You can tell a lot about a person based on their list of favorite podcasts.
There are usually a few true crime series, some newsy listens and maybe a serialized drama or two. The best podcasts I listened to this year adhere to those descriptions brought new elements to my ears that blew me away.
Podcasting has been around for years, but the industry continues to boom and expand the art of storytelling and push the boundaries of journalism. The most impactful series draw the listener into stories of intimacy, rawness and mind-boggling truth that stay with us long after we take the earbuds out.
When looking at my favorite podcasts this year, it's clear I was drawn to captivating storytelling, stellar audio production and series that enhanced my understanding of people and history. I was also weirdly obsessed with series about cults. More on that later.
How I chose my top picks: The series had to debut this year, and I had to have listened to them, obviously. There are numerous podcasts that should also be on everyone's best-of lists (Missing Richard Simmons, Nancy, Ear Hustle, Slow Burn, Binge Mode). But in the era of peak pop culture, it's virtually impossible to listen to everything thoroughly.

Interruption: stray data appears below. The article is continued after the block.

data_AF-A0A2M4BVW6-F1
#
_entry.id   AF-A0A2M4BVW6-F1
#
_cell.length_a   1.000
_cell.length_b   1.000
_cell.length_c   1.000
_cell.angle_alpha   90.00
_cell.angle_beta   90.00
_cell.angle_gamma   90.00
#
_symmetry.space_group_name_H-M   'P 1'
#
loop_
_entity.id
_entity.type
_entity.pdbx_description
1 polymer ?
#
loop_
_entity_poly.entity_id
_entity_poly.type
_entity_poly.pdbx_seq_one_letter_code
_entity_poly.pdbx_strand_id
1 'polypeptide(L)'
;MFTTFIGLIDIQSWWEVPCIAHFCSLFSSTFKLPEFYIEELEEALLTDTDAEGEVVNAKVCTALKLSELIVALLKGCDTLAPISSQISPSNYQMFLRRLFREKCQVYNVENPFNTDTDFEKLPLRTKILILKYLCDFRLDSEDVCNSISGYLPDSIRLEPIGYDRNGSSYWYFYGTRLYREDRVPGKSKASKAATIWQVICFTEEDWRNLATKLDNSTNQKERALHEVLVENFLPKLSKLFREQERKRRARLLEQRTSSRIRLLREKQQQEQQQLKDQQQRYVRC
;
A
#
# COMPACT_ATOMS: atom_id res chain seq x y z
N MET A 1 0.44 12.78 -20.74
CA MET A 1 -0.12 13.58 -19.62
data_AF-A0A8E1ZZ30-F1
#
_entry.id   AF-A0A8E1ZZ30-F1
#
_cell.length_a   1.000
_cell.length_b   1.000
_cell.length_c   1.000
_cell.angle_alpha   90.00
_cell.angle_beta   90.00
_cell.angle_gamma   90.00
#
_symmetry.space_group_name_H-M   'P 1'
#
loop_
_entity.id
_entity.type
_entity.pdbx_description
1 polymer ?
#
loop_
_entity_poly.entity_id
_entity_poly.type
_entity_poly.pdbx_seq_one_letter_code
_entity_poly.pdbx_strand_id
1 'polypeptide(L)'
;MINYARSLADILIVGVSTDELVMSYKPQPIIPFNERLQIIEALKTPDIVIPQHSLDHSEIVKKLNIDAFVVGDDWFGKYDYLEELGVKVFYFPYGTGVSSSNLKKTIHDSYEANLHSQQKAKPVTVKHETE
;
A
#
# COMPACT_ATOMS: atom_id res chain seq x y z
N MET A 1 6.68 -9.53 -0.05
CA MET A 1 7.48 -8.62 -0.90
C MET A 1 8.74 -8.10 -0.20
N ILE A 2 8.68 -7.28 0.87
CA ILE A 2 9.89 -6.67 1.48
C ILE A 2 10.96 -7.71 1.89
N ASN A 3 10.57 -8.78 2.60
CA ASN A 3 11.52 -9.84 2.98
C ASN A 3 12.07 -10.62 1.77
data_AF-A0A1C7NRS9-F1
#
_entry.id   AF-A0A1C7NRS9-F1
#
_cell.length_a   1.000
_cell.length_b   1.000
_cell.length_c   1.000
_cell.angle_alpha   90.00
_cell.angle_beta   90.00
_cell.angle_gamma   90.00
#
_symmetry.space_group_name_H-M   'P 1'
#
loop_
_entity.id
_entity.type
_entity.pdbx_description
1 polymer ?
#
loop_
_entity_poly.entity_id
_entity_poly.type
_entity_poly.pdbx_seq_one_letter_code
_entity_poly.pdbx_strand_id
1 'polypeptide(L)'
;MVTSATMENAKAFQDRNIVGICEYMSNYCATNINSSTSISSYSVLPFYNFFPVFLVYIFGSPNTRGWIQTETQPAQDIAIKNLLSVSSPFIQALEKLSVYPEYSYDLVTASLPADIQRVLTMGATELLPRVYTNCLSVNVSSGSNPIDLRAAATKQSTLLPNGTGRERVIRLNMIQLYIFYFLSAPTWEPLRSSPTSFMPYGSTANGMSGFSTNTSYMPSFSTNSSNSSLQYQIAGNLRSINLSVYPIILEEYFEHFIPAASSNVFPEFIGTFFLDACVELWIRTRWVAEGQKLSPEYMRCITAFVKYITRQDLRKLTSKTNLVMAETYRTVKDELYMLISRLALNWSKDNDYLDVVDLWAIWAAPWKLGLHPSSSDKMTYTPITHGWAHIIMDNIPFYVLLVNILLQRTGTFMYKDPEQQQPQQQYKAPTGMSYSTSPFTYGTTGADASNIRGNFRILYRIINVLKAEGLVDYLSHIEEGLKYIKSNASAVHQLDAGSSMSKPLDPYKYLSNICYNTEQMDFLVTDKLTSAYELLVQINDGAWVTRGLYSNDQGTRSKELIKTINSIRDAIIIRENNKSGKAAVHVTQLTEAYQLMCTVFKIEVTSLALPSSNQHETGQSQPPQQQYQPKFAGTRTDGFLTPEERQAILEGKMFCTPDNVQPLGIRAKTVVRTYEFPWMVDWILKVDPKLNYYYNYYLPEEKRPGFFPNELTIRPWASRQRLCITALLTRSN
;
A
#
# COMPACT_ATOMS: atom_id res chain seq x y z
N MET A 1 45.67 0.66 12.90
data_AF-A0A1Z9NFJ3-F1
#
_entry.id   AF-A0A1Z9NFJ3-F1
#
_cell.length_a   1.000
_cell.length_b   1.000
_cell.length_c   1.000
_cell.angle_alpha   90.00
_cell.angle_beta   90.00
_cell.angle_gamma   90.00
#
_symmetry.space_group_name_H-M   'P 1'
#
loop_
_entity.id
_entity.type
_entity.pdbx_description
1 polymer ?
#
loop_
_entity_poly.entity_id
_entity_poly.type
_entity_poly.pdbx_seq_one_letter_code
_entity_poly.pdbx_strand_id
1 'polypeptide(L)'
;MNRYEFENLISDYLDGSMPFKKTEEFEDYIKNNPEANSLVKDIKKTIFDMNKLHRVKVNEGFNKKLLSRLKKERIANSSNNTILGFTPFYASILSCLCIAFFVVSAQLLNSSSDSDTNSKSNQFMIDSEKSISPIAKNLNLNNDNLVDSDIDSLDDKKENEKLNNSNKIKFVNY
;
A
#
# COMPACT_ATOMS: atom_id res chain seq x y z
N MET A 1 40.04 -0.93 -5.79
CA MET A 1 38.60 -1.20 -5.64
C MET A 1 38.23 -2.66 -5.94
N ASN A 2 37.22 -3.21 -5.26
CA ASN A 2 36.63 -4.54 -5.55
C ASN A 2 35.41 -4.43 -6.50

I'm sure going to keep trying, though.
For lack of a better superlative, Dirty John was the Serial of 2017. Everyone was talking about it and I'd be surprised if it didn't rope more people into the world of podcasts. What began as a somewhat typical crime story for Los Angeles Times reporter Christopher Goffard quickly turned into deep dive into the past and mind of a person whose qualities can only be described as evil. Goffard's 6-episode podcast and accompanying print series tells the story of John Meehan and the people whose lives he ruined. Dirty John is ultimately a story about deception, forgiveness and survival.